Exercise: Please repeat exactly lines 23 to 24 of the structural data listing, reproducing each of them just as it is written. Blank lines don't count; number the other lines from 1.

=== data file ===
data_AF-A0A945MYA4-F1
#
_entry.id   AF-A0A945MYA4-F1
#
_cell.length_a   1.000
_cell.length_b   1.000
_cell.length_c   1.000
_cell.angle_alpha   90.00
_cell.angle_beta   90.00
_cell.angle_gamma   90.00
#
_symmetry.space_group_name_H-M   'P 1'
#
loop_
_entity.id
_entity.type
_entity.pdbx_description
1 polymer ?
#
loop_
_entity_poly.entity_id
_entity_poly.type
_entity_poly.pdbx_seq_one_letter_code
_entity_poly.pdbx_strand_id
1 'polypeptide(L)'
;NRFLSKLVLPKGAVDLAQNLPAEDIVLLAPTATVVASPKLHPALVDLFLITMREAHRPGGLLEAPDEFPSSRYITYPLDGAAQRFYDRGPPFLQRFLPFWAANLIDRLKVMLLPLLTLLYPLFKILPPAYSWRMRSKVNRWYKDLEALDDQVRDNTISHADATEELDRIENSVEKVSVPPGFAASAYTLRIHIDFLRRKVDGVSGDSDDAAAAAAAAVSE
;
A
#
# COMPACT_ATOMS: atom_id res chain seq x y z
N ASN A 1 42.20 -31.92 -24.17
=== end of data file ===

_entity_poly.pdbx_seq_one_letter_code
_entity_poly.pdbx_strand_id